The place of culture in the Iranian ELT textbooks in high school level

ABSTRACT The present study is an attempt to investigate the way culture is addressed in ELT in Iran in general and the place of culture in ELT at the high school level of education in particular. Throughout the study, this issue was examined with reference to the relevant theoretical background, and the content analysis of prescribed English textbooks. The research findings make it clear that the current materials or textbooks are shallow and superficial with respect to their treatment of culture. They are therefore inadequate to the task of teaching culture specifics in the deeper sense (values, norms, beliefs, etc.) or culture-general skills such as intercultural communication and understanding.

  • Language Learning Journal 10/2014; DOI:10.1080/09571736.2013.869942
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    ABSTRACT: The present study, through a quasi-experimental design, investigated the possible effects of three important factors on successful incidental vocabulary acquisition of 20 English target words (TWs). The first factor to explore was repetition or repeated exposure to TWs through reading passages (one, three or seven encounters). The second factor to investigate was the possible effect(s) of L1 (i.e. Persian) lexicalization. As the third factor, the study explored and contrasted the acquisition of culturally-loaded words to see how they differed from culturally-neutral TWs. Furthermore, retention (within a three-week span) was taken into account by a delayed posttest. Seven aspects of vocabulary knowledge were measured, including receptive and productive knowledge of orthography, parts of speech, association and meaning. Results showed that, in general, increasing the number of exposure to TWs (from one to three or seven) had a positive effect on incidental acquisition. However, there were significant differences in the gains observed for different aspects of vocabulary knowledge both immediately and after three weeks. Despite some differences, both non-lexicalized (NL) and culturally-loaded (CL) words appeared to cause learning difficulty mainly in semantic aspects of vocabulary knowledge. The findings of this study were discussed and pedagogical implications were highlighted for language teachers and learners.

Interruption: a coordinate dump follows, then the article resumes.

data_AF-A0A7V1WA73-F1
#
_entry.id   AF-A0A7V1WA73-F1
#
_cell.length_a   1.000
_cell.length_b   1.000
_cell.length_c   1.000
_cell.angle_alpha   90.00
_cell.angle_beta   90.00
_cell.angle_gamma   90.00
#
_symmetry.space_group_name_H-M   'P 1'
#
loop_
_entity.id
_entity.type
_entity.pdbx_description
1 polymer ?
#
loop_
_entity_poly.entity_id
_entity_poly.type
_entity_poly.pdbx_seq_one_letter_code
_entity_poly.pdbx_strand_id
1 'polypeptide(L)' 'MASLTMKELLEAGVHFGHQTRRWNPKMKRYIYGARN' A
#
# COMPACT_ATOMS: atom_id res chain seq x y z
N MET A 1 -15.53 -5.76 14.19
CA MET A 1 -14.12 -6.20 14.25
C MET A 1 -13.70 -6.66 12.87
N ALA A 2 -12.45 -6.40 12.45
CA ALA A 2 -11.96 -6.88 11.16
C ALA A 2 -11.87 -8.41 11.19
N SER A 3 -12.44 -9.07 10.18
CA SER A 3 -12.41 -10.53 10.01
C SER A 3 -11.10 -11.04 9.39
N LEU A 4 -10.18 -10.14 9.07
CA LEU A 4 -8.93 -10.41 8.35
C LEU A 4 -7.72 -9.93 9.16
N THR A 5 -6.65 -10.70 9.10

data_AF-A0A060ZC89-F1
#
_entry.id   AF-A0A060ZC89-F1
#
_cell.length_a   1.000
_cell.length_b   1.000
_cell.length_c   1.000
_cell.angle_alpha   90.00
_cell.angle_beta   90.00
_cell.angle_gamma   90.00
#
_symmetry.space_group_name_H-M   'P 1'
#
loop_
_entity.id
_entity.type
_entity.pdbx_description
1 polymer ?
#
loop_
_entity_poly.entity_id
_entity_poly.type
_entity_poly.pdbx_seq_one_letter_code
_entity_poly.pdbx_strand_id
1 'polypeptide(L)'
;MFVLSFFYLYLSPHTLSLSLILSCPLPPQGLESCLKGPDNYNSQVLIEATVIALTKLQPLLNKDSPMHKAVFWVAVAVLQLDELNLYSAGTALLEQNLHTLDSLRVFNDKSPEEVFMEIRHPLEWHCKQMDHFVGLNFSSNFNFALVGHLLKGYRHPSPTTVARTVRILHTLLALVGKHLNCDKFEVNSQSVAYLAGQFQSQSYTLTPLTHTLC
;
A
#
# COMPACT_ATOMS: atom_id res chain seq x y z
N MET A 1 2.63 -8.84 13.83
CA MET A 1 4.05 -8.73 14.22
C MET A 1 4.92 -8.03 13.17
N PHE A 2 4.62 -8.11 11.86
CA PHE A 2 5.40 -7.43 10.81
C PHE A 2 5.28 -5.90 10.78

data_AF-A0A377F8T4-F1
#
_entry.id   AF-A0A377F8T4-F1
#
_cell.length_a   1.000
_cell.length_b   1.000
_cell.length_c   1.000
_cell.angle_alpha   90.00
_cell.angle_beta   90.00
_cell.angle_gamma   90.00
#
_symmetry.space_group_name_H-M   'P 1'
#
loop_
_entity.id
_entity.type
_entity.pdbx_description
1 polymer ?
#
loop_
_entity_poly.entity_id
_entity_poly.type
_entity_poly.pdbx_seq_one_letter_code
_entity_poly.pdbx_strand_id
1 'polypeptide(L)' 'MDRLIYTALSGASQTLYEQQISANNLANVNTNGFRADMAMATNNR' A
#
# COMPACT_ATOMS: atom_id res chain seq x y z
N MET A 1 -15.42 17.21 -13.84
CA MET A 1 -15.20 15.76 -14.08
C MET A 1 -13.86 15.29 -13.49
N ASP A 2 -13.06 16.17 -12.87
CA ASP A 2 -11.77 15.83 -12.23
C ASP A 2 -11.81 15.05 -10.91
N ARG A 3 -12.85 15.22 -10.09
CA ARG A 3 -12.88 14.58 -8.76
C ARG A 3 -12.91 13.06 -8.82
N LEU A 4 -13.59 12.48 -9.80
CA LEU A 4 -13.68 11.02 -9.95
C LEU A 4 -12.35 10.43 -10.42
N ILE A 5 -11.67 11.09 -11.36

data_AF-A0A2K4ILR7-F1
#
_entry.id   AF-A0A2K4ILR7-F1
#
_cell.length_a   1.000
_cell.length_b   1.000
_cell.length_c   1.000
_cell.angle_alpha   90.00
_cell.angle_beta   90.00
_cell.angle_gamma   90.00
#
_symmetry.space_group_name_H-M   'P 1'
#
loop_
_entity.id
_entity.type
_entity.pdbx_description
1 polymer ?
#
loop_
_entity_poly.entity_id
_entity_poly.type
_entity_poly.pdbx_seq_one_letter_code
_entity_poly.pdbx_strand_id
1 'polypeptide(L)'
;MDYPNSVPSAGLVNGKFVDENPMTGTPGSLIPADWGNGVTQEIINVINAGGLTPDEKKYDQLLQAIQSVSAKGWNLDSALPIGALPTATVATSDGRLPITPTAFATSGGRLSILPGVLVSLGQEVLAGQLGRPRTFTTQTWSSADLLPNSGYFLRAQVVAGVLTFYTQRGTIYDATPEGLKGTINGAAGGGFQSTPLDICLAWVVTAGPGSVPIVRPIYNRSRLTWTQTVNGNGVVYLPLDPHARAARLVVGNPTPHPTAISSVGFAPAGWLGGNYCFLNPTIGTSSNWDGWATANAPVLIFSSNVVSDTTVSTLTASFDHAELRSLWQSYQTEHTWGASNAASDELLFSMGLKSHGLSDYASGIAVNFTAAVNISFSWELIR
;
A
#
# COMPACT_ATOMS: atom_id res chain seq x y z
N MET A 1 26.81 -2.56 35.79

05/2014, Degree: Ph.D, Supervisor: Dr. Ahmad Moinzadeh
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    ABSTRACT: The place of culture in teaching English as an international language (EIL) is a complex issue, given the diversity of contexts in which English is currently being used globally. Building on a sociocultural perspective that language use is open to negotiation and is context-dependent, this paper argues that the design and content of English-language teaching (ELT) textbooks should reflect the multiple perspectives inherent in EIL. Findings from an analysis of the cultural content of seven series of internationally distributed ELT textbooks are reported. Our study showed that even though cultural aspects were proportionally diverse in each textbook series, inner circle cultural content still dominates most of the textbooks. Furthermore, cultural presentation still largely remains at the traditional knowledge-oriented level and does not engage learners in deep levels of reflection. The findings are discussed in light of existing studies, and some recommendations for future textbook writers and classroom practice are suggested.
    Language Culture and Curriculum 11/2011; 24(3):253-268. DOI:10.1080/07908318.2011.614694 · 0.17 Impact Factor

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Jun 10, 2014